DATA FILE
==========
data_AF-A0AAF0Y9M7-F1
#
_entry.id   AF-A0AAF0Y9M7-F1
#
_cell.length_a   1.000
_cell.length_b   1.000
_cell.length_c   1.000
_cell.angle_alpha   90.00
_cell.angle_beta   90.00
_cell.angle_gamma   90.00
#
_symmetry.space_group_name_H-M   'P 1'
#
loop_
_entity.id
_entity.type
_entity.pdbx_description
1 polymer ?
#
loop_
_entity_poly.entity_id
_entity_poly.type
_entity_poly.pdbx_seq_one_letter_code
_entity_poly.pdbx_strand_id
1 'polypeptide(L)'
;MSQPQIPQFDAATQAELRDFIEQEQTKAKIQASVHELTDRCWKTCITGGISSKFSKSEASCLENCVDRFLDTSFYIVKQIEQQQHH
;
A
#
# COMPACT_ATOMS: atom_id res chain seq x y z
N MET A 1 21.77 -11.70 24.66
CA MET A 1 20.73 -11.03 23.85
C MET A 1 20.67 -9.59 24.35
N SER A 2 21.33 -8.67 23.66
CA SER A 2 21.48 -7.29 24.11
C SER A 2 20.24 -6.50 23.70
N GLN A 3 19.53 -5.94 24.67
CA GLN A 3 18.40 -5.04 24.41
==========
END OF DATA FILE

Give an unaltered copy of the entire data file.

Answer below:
data_AF-A0AAF0Y9M7-F1
#
_entry.id   AF-A0AAF0Y9M7-F1
#
_cell.length_a   1.000
_cell.length_b   1.000
_cell.length_c   1.000
_cell.angle_alpha   90.00
_cell.angle_beta   90.00
_cell.angle_gamma   90.00
#
_symmetry.space_group_name_H-M   'P 1'
#
loop_
_entity.id
_entity.type
_entity.pdbx_description
1 polymer ?
#
loop_
_entity_poly.entity_id
_entity_poly.type
_entity_poly.pdbx_seq_one_letter_code
_entity_poly.pdbx_strand_id
1 'polypeptide(L)'
;MSQPQIPQFDAATQAELRDFIEQEQTKAKIQASVHELTDRCWKTCITGGISSKFSKSEASCLENCVDRFLDTSFYIVKQIEQQQHH
;
A
#
# COMPACT_ATOMS: atom_id res chain seq x y z
N MET A 1 21.77 -11.70 24.66
CA MET A 1 20.73 -11.03 23.85
C MET A 1 20.67 -9.59 24.35
N SER A 2 21.33 -8.67 23.66
CA SER A 2 21.48 -7.29 24.11
C SER A 2 20.24 -6.50 23.70
N GLN A 3 19.53 -5.94 24.67
CA GLN A 3 18.40 -5.04 24.41